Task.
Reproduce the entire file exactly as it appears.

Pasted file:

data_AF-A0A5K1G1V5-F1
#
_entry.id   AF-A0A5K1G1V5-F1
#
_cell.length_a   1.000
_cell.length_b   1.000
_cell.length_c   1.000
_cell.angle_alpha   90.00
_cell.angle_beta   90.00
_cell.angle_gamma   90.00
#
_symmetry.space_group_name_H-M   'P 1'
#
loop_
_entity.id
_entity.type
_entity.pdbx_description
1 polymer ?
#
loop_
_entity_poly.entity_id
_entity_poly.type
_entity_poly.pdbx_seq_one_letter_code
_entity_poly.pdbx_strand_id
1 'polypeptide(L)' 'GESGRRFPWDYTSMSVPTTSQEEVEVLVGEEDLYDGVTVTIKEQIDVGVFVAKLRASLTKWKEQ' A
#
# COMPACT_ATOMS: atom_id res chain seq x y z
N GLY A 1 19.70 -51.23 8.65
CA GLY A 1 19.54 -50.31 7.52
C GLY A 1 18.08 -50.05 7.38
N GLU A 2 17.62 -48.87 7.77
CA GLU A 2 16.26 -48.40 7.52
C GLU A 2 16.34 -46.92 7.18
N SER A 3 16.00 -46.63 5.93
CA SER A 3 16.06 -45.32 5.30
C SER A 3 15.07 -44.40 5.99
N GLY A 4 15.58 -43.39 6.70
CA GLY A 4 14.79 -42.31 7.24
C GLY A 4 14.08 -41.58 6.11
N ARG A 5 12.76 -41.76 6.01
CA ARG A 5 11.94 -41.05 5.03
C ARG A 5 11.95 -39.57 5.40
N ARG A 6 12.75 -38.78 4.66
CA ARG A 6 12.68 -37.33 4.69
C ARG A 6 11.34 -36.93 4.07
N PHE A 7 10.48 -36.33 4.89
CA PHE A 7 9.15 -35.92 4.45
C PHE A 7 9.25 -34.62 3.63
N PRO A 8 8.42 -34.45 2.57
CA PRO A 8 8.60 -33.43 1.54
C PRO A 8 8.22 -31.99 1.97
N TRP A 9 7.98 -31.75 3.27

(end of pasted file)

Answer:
data_AF-A0A5K1G1V5-F1
#
_entry.id   AF-A0A5K1G1V5-F1
#
_cell.length_a   1.000
_cell.length_b   1.000
_cell.length_c   1.000
_cell.angle_alpha   90.00
_cell.angle_beta   90.00
_cell.angle_gamma   90.00
#
_symmetry.space_group_name_H-M   'P 1'
#
loop_
_entity.id
_entity.type
_entity.pdbx_description
1 polymer ?
#
loop_
_entity_poly.entity_id
_entity_poly.type
_entity_poly.pdbx_seq_one_letter_code
_entity_poly.pdbx_strand_id
1 'polypeptide(L)' 'GESGRRFPWDYTSMSVPTTSQEEVEVLVGEEDLYDGVTVTIKEQIDVGVFVAKLRASLTKWKEQ' A
#
# COMPACT_ATOMS: atom_id res chain seq x y z
N GLY A 1 19.70 -51.23 8.65
CA GLY A 1 19.54 -50.31 7.52
C GLY A 1 18.08 -50.05 7.38
N GLU A 2 17.62 -48.87 7.77
CA GLU A 2 16.26 -48.40 7.52
C GLU A 2 16.34 -46.92 7.18
N SER A 3 16.00 -46.63 5.93
CA SER A 3 16.06 -45.32 5.30
C SER A 3 15.07 -44.40 5.99
N GLY A 4 15.58 -43.39 6.70
CA GLY A 4 14.79 -42.31 7.24
C GLY A 4 14.08 -41.58 6.11
N ARG A 5 12.76 -41.76 6.01
CA ARG A 5 11.94 -41.05 5.03
C ARG A 5 11.95 -39.57 5.40
N ARG A 6 12.75 -38.78 4.66
CA ARG A 6 12.68 -37.33 4.69
C ARG A 6 11.34 -36.93 4.07
N PHE A 7 10.48 -36.33 4.89
CA PHE A 7 9.15 -35.92 4.45
C PHE A 7 9.25 -34.62 3.63
N PRO A 8 8.42 -34.45 2.57
CA PRO A 8 8.60 -33.43 1.54
C PRO A 8 8.22 -31.99 1.97
N TRP A 9 7.98 -31.75 3.27